Damfino – Disembodied Smile (2015)

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Joe Merklee and Joel Bachrach, who both sing, write songs and play a broad range of instruments, are the core cats behind Damfino. But here on Disembodied Smile, their latest EP, the New Jersey-based collaborators receive assistance from guitarist and drummer Oliver Ignatius, bassist Tom Shad, and drummers Zac Coe and Carson Moody.

A six-track offering, Damfino’s Disembodied Smile moves down the middle, down the line, and all around with clever pop-rock customs. By overlapping traditional melodies and arrangements with adventurous shifts and slopes, Damfino has cooked up a fetching sound that balances comfort with an unsettling edginess twitching with pure and natural energy.

Fuzzy power pop guitars and casual harmonies cap the bristling bounce of “Consideration,” and “Other Friends” buzzes to a brawny beat born of slamming garage rock chords and spiraling organ fills. A calm and quiet tenor is cast on Damfino’s piano-driven “Skin Compass,” while “A Good Time To Be Lonely” is also emphasized by a run of appealing ivory exercises.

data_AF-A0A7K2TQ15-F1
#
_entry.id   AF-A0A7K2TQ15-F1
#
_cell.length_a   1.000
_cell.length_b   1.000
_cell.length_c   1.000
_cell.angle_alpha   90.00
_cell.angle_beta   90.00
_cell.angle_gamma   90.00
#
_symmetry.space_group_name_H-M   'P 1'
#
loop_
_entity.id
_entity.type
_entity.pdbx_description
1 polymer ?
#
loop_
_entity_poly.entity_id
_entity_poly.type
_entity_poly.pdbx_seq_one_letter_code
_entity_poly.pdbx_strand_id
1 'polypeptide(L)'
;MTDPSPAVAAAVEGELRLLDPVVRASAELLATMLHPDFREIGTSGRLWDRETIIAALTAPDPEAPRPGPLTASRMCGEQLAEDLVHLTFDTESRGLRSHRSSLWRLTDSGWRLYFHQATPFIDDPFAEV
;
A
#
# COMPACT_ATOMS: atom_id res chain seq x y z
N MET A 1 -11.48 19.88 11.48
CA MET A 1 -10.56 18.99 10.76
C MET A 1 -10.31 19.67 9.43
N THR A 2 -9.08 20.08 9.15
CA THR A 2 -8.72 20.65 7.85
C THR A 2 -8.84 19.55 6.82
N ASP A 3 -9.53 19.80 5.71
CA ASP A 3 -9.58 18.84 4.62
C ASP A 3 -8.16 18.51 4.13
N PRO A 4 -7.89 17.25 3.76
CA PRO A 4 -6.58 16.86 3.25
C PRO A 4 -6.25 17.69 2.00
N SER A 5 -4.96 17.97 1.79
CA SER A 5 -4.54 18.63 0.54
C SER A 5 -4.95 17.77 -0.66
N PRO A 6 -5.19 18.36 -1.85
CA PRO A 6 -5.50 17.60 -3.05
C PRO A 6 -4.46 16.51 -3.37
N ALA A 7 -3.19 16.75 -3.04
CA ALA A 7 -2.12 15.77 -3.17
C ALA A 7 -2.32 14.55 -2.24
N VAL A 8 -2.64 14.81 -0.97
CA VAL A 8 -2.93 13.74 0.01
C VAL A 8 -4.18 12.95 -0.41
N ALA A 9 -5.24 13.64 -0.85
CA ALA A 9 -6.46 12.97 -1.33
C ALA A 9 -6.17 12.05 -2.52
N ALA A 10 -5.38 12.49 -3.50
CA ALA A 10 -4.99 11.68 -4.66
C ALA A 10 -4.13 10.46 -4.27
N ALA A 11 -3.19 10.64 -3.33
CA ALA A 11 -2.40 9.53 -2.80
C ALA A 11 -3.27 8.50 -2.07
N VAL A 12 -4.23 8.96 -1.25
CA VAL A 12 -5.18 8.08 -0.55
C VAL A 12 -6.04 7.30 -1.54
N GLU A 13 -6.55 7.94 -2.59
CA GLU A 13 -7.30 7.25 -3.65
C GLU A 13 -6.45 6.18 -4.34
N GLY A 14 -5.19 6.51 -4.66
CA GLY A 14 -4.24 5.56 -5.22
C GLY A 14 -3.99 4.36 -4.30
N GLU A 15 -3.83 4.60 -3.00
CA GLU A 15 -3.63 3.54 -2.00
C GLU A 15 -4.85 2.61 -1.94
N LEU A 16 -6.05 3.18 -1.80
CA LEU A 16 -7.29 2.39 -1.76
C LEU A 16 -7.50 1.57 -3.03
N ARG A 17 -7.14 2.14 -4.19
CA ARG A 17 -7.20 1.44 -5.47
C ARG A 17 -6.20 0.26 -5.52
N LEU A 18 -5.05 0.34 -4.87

Light and lovely textures mix well with the harder rocking segments on Disembodied Smile, making for a recording that varies in mood, yet still manages to sustain a cohesive quality. Poppy vocals, blended with jerky rhythms and angular hooks, aim to revive memories of bands like the dBs and XTC. Echoes of Teenage Fan Club are further heard throughout the songs, but Damfino’s lyrics and music are personalized enough to distinguish them from their influences.

Beverly Paterson

Beverly Paterson

Beverly Paterson was born the day Ben E. King hit No. 4 with "Stand By Me" -- which is actually one of her favorite songs, especially John Lennon's version. She's contributed to Lance Monthly and Amplifier, and served as Rock Beat International's associate editor. Paterson has also published Inside Out, and Twist & Shake. Contact Something Else! at reviews@somethingelsereviews.com.
Beverly Paterson
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